GDL or CPE?
The GDL (Graduate Diploma in Law), formerly referred to as the CPE (Common Professional Exam), has been designed for non-law graduates who wish to pursue a legal career. You can progress to the Legal Practitioners Course (LPC) for qualification as a solicitor, or the Bar Professional Training Course (BPTC) to become a barrister.
The 12 month CPE law conversion study programme is seen as a fast track qualification which delivers a range of highly valued legal skills to candidates. The course strategies will help in your development of transferable techniques such as reasoning, analysis, evaluation, interpersonal skills and problem solving tools.
Although some students may see the lack of a law degree as having a negative impact on their progression, many within the industry believe that law firms view the GDL bar vocational course favourably due to the highly relevant and current content included in the study programme and the wide range of experience gained by the candidates.
CPE Course – Objectives & Syllabus
The GDL comprises of seven core foundation topics which include:
(1) Contract Law
(2) The Law of Tort
(3) Land Law
(5) Administrative and Constitutional Law
(6) Criminal Law, and
(7) European Union Law
In addition to these elements, there is an English Legal Method module which is studied at the commencement of the course and an additional elective topic which is assessed by the outcome of a research project. Currently the elective options include;
• Intellectual Property
• Public International Law
• Family Law
• Housing Law
• Medical Law, and
• Company Law
The examinations for the GDL assessment are set by the individual course providers who have been accredited by the Solicitors Regulation Authority (SRA). They consist of one three hour paper for each of the seven core topics studied. The English Legal Method module is assessed through a one hour multiple choice computer based exam.
If you are following a full time study programme, all of the exams should ideally be passed at the same time - although you have a maximum of three years to achieve the GDL qualification. However, you are not permitted to sit for each paper on more than three occasions. Those studying a two year part-time or distance learning programme are expected to pass four exams in the first year and three in the second. They are allowed a maximum of four years to attain their GDL qualification.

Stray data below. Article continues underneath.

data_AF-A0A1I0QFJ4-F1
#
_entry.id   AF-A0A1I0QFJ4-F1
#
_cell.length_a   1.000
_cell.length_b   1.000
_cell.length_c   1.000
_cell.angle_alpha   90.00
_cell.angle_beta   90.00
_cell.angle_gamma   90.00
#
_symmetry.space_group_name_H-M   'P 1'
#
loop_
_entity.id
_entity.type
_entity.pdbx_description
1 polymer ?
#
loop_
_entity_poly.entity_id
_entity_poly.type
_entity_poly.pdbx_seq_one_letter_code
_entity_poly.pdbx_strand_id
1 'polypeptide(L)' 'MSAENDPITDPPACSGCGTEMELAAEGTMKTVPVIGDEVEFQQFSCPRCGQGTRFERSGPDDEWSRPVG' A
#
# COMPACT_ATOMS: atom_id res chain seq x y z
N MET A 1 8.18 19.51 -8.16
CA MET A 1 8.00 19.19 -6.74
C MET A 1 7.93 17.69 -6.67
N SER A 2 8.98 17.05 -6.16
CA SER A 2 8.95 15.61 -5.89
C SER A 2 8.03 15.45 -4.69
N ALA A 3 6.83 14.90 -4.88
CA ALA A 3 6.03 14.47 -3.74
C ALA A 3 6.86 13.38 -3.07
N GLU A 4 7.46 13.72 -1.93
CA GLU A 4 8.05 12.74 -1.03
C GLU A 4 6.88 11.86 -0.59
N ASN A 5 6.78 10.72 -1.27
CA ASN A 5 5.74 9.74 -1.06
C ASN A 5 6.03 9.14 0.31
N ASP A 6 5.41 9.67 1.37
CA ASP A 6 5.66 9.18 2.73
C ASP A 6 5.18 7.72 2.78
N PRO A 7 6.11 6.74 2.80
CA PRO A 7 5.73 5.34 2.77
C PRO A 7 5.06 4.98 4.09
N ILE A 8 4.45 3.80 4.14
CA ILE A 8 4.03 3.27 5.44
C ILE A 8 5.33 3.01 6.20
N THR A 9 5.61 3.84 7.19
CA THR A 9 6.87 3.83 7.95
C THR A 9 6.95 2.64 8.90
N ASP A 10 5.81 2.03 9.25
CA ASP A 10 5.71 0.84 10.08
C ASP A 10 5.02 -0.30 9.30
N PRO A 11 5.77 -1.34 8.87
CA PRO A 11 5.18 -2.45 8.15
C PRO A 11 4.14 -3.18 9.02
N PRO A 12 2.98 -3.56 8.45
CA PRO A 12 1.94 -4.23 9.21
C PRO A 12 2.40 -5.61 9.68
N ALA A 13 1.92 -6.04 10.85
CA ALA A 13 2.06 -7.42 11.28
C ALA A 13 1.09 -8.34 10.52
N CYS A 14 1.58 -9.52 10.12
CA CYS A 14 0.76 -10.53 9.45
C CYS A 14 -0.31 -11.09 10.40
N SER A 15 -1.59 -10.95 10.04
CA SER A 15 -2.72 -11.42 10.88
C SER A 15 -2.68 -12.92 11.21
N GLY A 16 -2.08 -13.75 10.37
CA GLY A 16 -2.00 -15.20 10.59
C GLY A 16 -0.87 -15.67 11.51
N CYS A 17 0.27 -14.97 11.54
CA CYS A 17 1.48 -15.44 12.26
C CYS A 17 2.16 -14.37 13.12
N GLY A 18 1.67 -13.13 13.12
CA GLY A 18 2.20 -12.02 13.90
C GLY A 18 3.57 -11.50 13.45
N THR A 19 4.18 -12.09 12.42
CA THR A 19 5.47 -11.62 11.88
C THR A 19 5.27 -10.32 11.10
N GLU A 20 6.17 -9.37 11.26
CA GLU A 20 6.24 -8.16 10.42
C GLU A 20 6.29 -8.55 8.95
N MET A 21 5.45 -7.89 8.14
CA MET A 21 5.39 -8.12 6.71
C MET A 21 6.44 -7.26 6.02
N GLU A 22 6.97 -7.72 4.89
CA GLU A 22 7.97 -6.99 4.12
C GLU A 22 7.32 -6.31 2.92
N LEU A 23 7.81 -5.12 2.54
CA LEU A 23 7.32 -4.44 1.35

How to Get an Edge over the Competition
It is widely known that entry into the legal profession is challenging, time consuming, costly and, all too often, never achieved. Recent statistics show that of the graduates who achieve their qualification through one of the BPTC providers, only one in eight will ever progress to practice as a barrister.
In an attempt to provide their candidates with an added advantage over their rivals, many of the over 50 GDL providers are offering their students free specialist legal modules to widen their levels of expertise and enhance their CVs. These study applications include;
• Evidence and Forensics
• Intellectual Property Law
• International Law
• Law in the City, and
• Company Law
There is no method of assessment or examination for these modules. They are purely intended to demonstrate to prospective employers that the GDL graduate has fully applied themselves to the gaining of as wide a range of legal expertise as possible.
If you are seeking to follow one of the GDL law courses in London, there are a number of SRA accredited providers to choose from including; The College of Law with campuses in Bloomsbury and Moorgate (fees for a full-time course start from £9,301), The BPP Law School in Holborn and Waterloo (fees from £9,400 for full-time study) and the Kaplan Law School which is located on the South Bank (full-time course fees from £8,850).
For more details speak to one of LawTraining.co.uk’s course advisors by filling out the form at the top of this page.